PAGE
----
DO I HAVE TO GO TO COURT?
Most Kansas City metro courts do not require that you appear if you have hired a lawyer to represent you in a traffic matter. Your initial consultation with the attorney regarding your specific traffic ticket will determine whether you will need to go to court.
WHAT DOES “AMENDING” A TRAFFIC TICKET MEAN?
The majority of courts in the metro Kansas City area have policies that allow persons charged with traffic offenses to plead guilty to certain non-moving or no-points violations, instead of the original traffic charge, and then pay a higher fine amounts. The specific policies vary by jurisdiction, but generally in Kansas, a speeding ticket may be amended to “illegal parking” for a fine and court costs. In Missouri, a speeding ticket may be amended to “defective equipment” (broken speedometer), which is a non-moving violation with higher fines.
YOU SAY IT MAY BE AMENENDED, IF I HIRE A LAWYER AREN’T I GUARANTEED AN AMENDED TICKET?
The overwhelming majority of traffic tickets that are eligible for amendment and a lawyer requests it, are amended. There is however, no guarantee. Amendments are granted by city and county prosecutors on an entirely discretionary basis. The amendment may be granted based on the specific facts of the traffic violation, the person’s driving record, and policies in effect at the time of the request.
IS IT CHEAPER TO JUST PAY THE FINE?
It is almost never “cheaper” to pay the fine for a traffic ticket. Certainly the cash outlay for the fine may be relatively small, but the “hidden costs” of increased insurance rates, negative impact on your driving record, and potential consequences to your employment (many employers screen criminal/driving records prior to and during employment) is enormous. IF YOU HAVE AN OPTION, AMENDING A TRAFFIC TICKET TO A NON-MOVING VIOLATION IS ALMOST ALWAYS THE BETTER ALTERNATIVE.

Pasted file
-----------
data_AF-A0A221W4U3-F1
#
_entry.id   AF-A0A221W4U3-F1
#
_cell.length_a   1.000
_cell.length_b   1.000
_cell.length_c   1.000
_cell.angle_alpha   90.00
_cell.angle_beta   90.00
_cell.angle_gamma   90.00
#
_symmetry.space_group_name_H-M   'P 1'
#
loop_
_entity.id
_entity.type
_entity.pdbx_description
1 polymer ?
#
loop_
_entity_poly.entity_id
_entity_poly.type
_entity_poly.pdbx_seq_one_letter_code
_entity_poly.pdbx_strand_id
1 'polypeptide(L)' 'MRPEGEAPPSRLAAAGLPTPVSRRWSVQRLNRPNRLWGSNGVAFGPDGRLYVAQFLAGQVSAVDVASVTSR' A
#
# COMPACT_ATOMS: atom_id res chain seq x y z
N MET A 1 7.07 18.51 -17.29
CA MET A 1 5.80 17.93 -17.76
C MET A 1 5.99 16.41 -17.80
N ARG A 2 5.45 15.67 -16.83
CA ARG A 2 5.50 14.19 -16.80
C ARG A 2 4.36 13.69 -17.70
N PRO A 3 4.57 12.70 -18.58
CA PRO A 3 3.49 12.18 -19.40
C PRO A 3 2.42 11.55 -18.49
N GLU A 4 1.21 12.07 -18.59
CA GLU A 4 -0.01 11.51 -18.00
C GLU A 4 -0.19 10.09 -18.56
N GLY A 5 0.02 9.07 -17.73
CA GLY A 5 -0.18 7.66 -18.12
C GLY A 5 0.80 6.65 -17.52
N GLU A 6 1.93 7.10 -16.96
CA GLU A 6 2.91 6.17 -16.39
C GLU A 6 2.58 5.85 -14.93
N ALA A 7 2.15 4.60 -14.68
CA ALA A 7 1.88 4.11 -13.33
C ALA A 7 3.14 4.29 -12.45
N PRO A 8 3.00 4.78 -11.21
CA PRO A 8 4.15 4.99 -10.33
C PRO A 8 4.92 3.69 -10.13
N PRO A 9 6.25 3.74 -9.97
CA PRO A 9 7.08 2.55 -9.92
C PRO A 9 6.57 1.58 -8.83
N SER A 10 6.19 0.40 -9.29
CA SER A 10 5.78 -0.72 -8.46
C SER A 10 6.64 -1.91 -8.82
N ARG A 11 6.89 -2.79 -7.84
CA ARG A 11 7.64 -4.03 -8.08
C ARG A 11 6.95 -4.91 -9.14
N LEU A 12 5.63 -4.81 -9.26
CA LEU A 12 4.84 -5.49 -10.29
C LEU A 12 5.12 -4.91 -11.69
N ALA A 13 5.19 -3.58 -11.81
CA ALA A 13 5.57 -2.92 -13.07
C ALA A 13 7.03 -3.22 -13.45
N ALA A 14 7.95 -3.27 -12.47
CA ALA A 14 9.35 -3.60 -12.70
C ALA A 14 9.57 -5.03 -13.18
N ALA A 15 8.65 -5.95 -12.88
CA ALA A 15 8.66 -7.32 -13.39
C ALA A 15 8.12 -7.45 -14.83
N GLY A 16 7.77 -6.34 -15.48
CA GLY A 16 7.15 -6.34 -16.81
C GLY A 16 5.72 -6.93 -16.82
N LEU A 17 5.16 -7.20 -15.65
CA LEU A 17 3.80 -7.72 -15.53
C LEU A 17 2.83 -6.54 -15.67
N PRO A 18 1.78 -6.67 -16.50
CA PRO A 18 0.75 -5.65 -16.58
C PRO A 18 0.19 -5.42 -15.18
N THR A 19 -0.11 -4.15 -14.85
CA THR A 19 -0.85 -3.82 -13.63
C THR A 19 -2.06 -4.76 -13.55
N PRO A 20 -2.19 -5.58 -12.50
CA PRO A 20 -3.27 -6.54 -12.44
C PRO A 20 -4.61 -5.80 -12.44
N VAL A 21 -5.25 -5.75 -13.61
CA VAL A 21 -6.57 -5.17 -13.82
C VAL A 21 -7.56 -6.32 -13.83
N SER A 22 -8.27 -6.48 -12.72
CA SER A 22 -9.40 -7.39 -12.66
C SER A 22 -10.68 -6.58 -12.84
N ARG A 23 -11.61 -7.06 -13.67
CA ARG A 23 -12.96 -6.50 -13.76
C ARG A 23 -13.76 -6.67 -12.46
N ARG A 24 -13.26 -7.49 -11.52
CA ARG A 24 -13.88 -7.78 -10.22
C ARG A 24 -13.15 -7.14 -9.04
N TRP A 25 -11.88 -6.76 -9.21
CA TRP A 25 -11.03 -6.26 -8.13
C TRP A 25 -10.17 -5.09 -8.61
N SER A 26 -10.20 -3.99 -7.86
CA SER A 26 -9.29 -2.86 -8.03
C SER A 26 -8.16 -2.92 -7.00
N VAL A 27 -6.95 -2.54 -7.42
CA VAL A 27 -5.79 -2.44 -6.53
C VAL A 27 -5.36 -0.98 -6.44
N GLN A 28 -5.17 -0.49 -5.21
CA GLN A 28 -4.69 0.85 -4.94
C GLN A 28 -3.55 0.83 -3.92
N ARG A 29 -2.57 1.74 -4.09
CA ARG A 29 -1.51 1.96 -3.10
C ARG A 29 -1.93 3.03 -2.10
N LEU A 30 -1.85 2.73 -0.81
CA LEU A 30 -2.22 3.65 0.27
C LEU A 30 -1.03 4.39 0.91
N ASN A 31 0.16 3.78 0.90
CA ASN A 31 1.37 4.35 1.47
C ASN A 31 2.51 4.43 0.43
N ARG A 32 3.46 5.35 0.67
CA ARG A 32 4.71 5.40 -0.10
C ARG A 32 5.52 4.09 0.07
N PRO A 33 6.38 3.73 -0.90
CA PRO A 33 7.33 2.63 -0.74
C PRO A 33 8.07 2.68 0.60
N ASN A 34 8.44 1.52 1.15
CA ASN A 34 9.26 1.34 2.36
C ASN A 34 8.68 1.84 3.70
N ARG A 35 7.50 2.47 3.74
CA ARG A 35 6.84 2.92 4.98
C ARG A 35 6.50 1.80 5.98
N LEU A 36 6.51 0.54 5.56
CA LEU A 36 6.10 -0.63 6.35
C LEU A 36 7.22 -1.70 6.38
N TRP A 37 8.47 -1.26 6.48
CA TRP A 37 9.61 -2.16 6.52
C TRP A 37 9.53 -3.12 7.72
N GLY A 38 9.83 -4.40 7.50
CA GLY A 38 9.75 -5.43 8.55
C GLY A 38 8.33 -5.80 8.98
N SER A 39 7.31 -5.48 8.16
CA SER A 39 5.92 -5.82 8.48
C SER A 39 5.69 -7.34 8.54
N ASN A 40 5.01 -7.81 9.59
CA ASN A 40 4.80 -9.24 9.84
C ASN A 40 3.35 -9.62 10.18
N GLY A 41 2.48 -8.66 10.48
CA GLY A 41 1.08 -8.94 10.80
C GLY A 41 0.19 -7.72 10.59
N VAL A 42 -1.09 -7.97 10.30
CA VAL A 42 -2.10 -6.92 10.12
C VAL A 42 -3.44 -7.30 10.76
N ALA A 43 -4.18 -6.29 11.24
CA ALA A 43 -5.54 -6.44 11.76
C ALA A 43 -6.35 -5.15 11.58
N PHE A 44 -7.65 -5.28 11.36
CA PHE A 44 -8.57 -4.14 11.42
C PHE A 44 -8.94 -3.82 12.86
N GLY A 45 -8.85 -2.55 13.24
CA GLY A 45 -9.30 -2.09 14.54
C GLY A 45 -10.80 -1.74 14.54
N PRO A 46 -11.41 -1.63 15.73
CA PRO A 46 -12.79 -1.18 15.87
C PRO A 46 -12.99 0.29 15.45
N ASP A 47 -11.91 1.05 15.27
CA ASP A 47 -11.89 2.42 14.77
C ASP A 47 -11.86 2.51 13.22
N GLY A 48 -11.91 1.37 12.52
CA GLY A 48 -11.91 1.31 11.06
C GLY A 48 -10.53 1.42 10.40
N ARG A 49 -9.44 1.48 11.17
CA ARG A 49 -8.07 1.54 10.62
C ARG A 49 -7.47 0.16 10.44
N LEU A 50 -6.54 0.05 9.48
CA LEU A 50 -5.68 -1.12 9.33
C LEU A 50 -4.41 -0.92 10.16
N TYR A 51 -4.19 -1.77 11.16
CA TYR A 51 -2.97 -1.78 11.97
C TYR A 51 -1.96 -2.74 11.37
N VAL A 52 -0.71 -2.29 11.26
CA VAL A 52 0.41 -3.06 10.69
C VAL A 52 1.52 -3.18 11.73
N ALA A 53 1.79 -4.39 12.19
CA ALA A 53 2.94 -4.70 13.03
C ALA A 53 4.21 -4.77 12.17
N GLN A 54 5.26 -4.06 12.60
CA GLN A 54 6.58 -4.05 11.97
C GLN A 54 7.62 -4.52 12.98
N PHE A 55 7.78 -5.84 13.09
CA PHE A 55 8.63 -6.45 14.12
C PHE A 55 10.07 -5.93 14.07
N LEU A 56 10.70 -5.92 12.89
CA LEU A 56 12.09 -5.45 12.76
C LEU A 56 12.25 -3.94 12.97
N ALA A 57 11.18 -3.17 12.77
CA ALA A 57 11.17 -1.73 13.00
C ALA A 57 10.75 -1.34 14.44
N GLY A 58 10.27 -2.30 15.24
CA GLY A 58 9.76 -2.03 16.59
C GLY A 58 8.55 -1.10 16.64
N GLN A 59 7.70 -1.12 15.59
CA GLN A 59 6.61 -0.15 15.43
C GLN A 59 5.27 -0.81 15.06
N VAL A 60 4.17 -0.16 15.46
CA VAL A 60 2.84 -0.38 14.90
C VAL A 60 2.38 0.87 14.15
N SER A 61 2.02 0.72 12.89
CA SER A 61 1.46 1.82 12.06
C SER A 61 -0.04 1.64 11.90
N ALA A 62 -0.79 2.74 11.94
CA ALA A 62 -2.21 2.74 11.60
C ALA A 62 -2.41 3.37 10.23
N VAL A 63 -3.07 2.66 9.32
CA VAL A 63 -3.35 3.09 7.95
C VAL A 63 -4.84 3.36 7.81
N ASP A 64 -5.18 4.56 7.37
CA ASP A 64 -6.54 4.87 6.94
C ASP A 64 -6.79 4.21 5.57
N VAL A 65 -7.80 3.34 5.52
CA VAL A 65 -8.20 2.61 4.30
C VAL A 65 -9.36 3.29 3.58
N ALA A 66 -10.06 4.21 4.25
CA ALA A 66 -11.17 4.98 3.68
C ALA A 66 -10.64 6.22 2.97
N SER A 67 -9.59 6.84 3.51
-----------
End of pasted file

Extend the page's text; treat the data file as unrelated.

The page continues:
WHAT ARE THE CONSEQUENCES OF PLEADING GUILTY?
In Missouri the “point system” is used to administer driver’s licenses and generally, receiving eight points in eighteen months could result in a license suspension. In Kansas, again generally, three traffic tickets in twelve months can result in the driver’s privileges suspended for a year. In both states, some single traffic violations are serious enough alone, (e.g. driving under the influence of drugs/alcohol) that a driver’s license suspension is automatically triggered.
IF MY LICENSE IS SUSPENDED, CAN I STILL DRIVE?
Under some circumstances, driver’s license privileges can be reinstated. Naturally, once the period of suspension is completed the driver’s license is again valid. In the meantime though, in Missouri, for example, an individual can apply for “hardship” driving privileges under certain conditions. The specifics of case dictate whether this is an option and you should discuss it with your attorney.